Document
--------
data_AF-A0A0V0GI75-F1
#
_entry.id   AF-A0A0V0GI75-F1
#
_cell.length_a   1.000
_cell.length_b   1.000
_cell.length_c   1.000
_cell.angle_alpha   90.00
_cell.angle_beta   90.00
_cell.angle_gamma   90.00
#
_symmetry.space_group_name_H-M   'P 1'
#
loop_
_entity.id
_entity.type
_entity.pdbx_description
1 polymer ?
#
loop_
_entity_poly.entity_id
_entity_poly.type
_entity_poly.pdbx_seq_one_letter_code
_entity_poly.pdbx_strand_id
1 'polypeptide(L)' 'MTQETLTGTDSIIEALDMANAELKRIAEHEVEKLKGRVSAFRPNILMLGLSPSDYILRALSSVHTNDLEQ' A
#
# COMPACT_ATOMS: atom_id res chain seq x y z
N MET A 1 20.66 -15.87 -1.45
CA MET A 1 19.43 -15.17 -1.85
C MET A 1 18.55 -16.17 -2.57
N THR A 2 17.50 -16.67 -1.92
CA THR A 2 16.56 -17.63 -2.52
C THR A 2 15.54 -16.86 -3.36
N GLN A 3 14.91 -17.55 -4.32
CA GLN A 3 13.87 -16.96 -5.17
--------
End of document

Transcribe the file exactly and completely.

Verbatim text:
data_AF-A0A0V0GI75-F1
#
_entry.id   AF-A0A0V0GI75-F1
#
_cell.length_a   1.000
_cell.length_b   1.000
_cell.length_c   1.000
_cell.angle_alpha   90.00
_cell.angle_beta   90.00
_cell.angle_gamma   90.00
#
_symmetry.space_group_name_H-M   'P 1'
#
loop_
_entity.id
_entity.type
_entity.pdbx_description
1 polymer ?
#
loop_
_entity_poly.entity_id
_entity_poly.type
_entity_poly.pdbx_seq_one_letter_code
_entity_poly.pdbx_strand_id
1 'polypeptide(L)' 'MTQETLTGTDSIIEALDMANAELKRIAEHEVEKLKGRVSAFRPNILMLGLSPSDYILRALSSVHTNDLEQ' A
#
# COMPACT_ATOMS: atom_id res chain seq x y z
N MET A 1 20.66 -15.87 -1.45
CA MET A 1 19.43 -15.17 -1.85
C MET A 1 18.55 -16.17 -2.57
N THR A 2 17.50 -16.67 -1.92
CA THR A 2 16.56 -17.63 -2.52
C THR A 2 15.54 -16.86 -3.36
N GLN A 3 14.91 -17.55 -4.32
CA GLN A 3 13.87 -16.96 -5.17